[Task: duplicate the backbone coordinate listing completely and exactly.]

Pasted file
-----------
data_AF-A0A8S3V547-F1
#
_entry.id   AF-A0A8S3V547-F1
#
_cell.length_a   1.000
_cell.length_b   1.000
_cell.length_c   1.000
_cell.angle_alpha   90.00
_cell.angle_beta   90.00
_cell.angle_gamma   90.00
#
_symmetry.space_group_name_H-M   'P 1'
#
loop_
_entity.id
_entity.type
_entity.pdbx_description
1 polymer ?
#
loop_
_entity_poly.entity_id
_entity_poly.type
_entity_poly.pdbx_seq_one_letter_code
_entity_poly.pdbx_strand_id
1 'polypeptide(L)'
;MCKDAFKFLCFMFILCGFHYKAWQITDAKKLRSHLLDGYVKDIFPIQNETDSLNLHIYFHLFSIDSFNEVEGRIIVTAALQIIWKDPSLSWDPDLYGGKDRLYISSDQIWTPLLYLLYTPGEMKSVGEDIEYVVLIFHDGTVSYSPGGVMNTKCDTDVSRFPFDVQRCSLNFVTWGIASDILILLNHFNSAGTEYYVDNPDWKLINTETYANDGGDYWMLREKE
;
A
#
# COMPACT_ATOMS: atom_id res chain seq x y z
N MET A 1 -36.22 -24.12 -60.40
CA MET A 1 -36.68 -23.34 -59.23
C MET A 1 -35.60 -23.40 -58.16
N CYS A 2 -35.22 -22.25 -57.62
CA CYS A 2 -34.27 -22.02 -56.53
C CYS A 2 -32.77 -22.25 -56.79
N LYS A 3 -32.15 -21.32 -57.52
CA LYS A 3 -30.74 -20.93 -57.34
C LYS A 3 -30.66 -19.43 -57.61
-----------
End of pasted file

data_AF-A0A8S3V547-F1
#
_entry.id   AF-A0A8S3V547-F1
#
_cell.length_a   1.000
_cell.length_b   1.000
_cell.length_c   1.000
_cell.angle_alpha   90.00
_cell.angle_beta   90.00
_cell.angle_gamma   90.00
#
_symmetry.space_group_name_H-M   'P 1'
#
loop_
_entity.id
_entity.type
_entity.pdbx_description
1 polymer ?
#
loop_
_entity_poly.entity_id
_entity_poly.type
_entity_poly.pdbx_seq_one_letter_code
_entity_poly.pdbx_strand_id
1 'polypeptide(L)'
;MCKDAFKFLCFMFILCGFHYKAWQITDAKKLRSHLLDGYVKDIFPIQNETDSLNLHIYFHLFSIDSFNEVEGRIIVTAALQIIWKDPSLSWDPDLYGGKDRLYISSDQIWTPLLYLLYTPGEMKSVGEDIEYVVLIFHDGTVSYSPGGVMNTKCDTDVSRFPFDVQRCSLNFVTWGIASDILILLNHFNSAGTEYYVDNPDWKLINTETYANDGGDYWMLREKE
;
A
#
# COMPACT_ATOMS: atom_id res chain seq x y z
N MET A 1 -36.22 -24.12 -60.40
CA MET A 1 -36.68 -23.34 -59.23
C MET A 1 -35.60 -23.40 -58.16
N CYS A 2 -35.22 -22.25 -57.62
CA CYS A 2 -34.27 -22.02 -56.53
C CYS A 2 -32.77 -22.25 -56.79
N LYS A 3 -32.15 -21.32 -57.52
CA LYS A 3 -30.74 -20.93 -57.34
C LYS A 3 -30.66 -19.43 -57.61